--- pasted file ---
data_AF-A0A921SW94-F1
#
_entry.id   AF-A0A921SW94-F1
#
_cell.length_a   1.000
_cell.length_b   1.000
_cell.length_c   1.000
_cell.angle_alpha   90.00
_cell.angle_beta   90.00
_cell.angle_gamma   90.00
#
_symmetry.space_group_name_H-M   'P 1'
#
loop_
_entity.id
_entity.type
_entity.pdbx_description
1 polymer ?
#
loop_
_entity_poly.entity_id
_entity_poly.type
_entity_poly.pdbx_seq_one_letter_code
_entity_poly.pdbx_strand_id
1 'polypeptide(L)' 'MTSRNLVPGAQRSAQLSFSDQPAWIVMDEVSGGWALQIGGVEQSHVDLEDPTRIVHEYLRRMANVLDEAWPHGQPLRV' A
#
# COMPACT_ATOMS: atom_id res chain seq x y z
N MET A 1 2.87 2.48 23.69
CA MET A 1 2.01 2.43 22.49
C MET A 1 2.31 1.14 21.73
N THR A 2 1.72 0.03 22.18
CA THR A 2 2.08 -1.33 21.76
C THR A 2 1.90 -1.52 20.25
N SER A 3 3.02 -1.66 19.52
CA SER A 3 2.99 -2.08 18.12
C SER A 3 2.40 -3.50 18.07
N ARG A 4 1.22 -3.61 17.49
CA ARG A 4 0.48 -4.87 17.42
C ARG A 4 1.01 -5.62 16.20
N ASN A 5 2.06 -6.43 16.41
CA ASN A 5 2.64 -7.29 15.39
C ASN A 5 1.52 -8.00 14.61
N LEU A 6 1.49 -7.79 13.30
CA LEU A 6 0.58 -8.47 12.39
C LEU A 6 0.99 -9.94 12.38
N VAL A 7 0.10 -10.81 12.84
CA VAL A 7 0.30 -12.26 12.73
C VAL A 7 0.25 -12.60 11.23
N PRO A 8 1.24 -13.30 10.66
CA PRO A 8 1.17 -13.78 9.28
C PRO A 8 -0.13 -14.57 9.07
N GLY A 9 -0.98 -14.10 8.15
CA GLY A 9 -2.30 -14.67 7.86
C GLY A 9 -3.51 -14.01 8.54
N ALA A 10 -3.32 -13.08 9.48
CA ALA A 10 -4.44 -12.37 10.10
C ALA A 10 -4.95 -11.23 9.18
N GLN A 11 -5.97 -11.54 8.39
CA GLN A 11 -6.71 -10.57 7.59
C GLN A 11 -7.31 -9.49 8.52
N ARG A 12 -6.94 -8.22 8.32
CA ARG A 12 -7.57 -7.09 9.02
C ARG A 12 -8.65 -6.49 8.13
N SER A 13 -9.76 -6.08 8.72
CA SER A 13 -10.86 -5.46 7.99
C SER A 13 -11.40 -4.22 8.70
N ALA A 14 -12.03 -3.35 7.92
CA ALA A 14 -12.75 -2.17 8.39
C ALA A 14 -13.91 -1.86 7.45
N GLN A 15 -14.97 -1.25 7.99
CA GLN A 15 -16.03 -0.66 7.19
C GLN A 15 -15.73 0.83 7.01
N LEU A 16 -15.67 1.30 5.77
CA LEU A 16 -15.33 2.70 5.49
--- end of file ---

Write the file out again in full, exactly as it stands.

data_AF-A0A921SW94-F1
#
_entry.id   AF-A0A921SW94-F1
#
_cell.length_a   1.000
_cell.length_b   1.000
_cell.length_c   1.000
_cell.angle_alpha   90.00
_cell.angle_beta   90.00
_cell.angle_gamma   90.00
#
_symmetry.space_group_name_H-M   'P 1'
#
loop_
_entity.id
_entity.type
_entity.pdbx_description
1 polymer ?
#
loop_
_entity_poly.entity_id
_entity_poly.type
_entity_poly.pdbx_seq_one_letter_code
_entity_poly.pdbx_strand_id
1 'polypeptide(L)' 'MTSRNLVPGAQRSAQLSFSDQPAWIVMDEVSGGWALQIGGVEQSHVDLEDPTRIVHEYLRRMANVLDEAWPHGQPLRV' A
#
# COMPACT_ATOMS: atom_id res chain seq x y z
N MET A 1 2.87 2.48 23.69
CA MET A 1 2.01 2.43 22.49
C MET A 1 2.31 1.14 21.73
N THR A 2 1.72 0.03 22.18
CA THR A 2 2.08 -1.33 21.76
C THR A 2 1.90 -1.52 20.25
N SER A 3 3.02 -1.66 19.52
CA SER A 3 2.99 -2.08 18.12
C SER A 3 2.40 -3.50 18.07
N ARG A 4 1.22 -3.61 17.49
CA ARG A 4 0.48 -4.87 17.42
C ARG A 4 1.01 -5.62 16.20
N ASN A 5 2.06 -6.43 16.41
CA ASN A 5 2.64 -7.29 15.39
C ASN A 5 1.52 -8.00 14.61
N LEU A 6 1.49 -7.79 13.30
CA LEU A 6 0.58 -8.47 12.39
C LEU A 6 0.99 -9.94 12.38
N VAL A 7 0.10 -10.81 12.84
CA VAL A 7 0.30 -12.26 12.73
C VAL A 7 0.25 -12.60 11.23
N PRO A 8 1.24 -13.30 10.66
CA PRO A 8 1.17 -13.78 9.28
C PRO A 8 -0.13 -14.57 9.07
N GLY A 9 -0.98 -14.10 8.15
CA GLY A 9 -2.30 -14.67 7.86
C GLY A 9 -3.51 -14.01 8.54
N ALA A 10 -3.32 -13.08 9.48
CA ALA A 10 -4.44 -12.37 10.10
C ALA A 10 -4.95 -11.23 9.18
N GLN A 11 -5.97 -11.54 8.39
CA GLN A 11 -6.71 -10.57 7.59
C GLN A 11 -7.31 -9.49 8.52
N ARG A 12 -6.94 -8.22 8.32
CA ARG A 12 -7.57 -7.09 9.02
C ARG A 12 -8.65 -6.49 8.13
N SER A 13 -9.76 -6.08 8.72
CA SER A 13 -10.86 -5.46 7.99
C SER A 13 -11.40 -4.22 8.70
N ALA A 14 -12.03 -3.35 7.92
CA ALA A 14 -12.75 -2.17 8.39
C ALA A 14 -13.91 -1.86 7.45
N GLN A 15 -14.97 -1.25 7.99
CA GLN A 15 -16.03 -0.66 7.19
C GLN A 15 -15.73 0.83 7.01
N LEU A 16 -15.67 1.30 5.77
CA LEU A 16 -15.33 2.70 5.49